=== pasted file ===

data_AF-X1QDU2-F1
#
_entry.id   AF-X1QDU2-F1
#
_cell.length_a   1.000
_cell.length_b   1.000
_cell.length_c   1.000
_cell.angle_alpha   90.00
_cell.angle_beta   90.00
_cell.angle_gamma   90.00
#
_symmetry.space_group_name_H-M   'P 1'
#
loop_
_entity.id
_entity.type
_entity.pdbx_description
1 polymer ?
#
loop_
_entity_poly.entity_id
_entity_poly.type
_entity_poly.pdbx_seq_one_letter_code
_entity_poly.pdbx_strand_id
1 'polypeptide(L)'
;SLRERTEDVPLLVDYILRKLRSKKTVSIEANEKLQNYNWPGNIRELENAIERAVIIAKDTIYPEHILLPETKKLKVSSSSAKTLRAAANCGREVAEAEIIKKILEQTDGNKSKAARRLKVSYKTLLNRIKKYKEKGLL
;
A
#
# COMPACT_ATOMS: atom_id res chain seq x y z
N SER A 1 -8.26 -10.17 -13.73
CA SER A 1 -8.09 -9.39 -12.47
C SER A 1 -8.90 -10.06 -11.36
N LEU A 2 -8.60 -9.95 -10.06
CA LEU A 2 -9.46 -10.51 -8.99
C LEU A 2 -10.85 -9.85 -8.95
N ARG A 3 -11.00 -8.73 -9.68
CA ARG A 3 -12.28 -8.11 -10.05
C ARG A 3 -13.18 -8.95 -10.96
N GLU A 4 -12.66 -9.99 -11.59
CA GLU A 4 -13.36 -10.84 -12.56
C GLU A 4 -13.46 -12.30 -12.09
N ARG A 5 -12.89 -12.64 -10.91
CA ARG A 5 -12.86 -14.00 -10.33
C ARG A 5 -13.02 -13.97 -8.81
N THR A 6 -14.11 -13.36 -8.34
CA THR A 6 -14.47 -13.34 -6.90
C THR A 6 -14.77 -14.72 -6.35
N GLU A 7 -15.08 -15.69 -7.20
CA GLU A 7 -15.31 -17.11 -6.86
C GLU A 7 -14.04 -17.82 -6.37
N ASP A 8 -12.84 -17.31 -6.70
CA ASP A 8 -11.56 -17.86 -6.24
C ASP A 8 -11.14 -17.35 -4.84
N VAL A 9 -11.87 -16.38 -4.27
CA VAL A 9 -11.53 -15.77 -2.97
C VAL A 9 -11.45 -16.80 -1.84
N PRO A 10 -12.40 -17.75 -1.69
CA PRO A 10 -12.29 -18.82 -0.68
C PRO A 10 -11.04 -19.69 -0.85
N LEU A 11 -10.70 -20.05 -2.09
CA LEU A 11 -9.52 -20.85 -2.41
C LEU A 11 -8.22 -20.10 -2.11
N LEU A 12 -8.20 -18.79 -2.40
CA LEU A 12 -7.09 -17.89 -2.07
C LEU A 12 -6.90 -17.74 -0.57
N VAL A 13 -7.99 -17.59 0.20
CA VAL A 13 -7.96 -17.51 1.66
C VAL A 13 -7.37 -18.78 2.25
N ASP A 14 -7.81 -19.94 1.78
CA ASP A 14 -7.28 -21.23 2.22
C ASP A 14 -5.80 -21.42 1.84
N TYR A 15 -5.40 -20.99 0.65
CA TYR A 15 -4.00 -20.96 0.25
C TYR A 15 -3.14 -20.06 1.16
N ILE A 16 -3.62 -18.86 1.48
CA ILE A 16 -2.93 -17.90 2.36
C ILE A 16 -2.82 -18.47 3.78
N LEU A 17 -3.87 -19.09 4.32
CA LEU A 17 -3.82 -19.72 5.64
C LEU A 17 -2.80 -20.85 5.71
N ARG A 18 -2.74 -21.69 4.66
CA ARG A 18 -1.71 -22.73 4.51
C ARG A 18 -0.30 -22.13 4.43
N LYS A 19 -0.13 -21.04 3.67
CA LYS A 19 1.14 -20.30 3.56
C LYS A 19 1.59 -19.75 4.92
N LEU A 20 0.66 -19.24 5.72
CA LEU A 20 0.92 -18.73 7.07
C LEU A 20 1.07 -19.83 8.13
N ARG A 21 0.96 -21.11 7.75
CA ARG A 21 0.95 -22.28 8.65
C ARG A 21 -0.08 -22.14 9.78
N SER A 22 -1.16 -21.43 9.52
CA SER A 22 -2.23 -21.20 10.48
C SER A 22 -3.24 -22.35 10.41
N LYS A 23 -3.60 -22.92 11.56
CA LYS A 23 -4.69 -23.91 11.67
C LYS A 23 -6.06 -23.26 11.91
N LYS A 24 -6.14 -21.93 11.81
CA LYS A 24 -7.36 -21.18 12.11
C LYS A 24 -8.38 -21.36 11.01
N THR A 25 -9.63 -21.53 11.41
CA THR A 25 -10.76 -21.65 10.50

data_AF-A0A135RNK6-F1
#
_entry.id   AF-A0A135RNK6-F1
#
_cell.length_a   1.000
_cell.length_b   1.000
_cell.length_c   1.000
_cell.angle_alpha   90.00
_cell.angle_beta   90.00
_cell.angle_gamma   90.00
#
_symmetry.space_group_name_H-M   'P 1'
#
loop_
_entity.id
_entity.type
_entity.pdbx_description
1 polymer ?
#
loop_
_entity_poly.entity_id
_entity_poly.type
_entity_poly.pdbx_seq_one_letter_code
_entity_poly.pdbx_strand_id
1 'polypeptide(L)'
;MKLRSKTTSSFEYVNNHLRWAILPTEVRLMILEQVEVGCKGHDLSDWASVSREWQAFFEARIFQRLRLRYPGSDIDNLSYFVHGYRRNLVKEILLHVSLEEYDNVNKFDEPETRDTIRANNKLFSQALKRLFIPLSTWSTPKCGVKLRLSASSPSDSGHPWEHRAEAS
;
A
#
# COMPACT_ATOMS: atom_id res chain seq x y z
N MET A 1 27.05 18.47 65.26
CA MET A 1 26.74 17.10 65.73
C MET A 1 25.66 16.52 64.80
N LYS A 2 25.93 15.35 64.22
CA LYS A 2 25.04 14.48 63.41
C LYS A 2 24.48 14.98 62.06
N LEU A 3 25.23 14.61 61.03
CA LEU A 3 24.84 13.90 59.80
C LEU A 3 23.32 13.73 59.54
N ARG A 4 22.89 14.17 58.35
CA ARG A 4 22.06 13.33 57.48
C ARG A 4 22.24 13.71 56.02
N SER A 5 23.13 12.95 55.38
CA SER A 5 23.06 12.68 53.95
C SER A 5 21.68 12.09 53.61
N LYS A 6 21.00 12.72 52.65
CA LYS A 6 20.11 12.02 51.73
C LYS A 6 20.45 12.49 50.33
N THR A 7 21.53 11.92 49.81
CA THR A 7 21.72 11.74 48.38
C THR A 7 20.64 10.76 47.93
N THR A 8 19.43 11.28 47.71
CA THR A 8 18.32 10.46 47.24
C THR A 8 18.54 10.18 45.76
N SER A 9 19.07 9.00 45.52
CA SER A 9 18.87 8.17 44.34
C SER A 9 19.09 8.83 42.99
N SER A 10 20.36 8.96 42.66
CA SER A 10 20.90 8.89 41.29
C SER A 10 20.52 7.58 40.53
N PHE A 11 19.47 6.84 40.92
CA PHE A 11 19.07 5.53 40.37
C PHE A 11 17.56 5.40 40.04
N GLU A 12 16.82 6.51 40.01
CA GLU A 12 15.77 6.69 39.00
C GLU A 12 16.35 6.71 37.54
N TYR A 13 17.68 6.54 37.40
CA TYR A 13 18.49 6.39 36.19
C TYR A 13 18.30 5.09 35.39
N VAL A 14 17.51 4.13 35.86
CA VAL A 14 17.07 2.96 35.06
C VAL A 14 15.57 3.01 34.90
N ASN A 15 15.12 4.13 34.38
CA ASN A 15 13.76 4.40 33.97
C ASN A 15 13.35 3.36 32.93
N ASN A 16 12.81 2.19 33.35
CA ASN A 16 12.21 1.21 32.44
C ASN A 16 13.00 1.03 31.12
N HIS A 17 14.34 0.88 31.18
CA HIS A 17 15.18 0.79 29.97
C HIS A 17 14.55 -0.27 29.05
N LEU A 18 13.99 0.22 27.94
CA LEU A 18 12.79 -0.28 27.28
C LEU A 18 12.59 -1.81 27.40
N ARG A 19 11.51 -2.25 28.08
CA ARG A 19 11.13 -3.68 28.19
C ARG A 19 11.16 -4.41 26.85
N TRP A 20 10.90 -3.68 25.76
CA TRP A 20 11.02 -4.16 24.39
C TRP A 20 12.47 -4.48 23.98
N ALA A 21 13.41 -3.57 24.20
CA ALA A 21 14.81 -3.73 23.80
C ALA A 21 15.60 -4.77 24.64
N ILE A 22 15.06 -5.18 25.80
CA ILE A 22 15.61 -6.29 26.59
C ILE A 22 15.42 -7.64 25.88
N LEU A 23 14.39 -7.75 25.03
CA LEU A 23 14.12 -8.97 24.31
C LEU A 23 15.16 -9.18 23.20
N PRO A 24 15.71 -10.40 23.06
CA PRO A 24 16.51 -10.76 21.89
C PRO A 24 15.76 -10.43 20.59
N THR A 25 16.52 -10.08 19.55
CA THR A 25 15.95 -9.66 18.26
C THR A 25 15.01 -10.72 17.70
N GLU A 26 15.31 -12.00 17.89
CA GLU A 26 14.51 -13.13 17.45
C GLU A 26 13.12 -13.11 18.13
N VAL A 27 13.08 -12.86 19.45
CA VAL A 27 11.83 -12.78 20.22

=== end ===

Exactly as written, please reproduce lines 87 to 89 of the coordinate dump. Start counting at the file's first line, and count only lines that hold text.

C LYS A 19 1.59 -19.75 4.92
N LEU A 20 0.66 -19.24 5.72
CA LEU A 20 0.92 -18.73 7.07